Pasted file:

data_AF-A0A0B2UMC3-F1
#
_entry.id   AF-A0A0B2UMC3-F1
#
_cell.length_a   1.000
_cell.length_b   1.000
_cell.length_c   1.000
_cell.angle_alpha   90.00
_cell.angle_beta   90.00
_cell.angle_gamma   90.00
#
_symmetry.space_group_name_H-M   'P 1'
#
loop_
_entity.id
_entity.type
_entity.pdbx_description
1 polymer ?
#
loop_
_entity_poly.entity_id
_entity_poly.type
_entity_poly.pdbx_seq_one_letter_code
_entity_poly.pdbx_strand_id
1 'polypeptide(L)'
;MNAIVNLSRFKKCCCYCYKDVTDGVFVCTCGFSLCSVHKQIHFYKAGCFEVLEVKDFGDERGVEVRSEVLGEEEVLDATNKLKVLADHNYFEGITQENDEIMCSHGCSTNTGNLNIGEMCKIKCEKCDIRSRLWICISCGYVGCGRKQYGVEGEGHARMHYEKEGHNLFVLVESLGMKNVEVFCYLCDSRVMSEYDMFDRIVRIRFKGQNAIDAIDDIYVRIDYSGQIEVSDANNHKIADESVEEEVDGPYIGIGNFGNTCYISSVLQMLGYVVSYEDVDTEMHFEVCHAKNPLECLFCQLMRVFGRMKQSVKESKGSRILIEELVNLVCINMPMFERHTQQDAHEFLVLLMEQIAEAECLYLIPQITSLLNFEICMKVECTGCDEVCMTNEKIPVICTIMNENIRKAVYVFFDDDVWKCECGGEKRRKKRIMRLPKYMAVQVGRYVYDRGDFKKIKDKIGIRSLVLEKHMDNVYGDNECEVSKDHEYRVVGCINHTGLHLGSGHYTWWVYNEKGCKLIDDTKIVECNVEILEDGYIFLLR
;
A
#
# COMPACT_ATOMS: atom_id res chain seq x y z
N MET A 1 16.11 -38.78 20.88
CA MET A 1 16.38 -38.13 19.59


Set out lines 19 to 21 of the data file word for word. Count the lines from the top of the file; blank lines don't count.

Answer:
#
loop_
_entity_poly.entity_id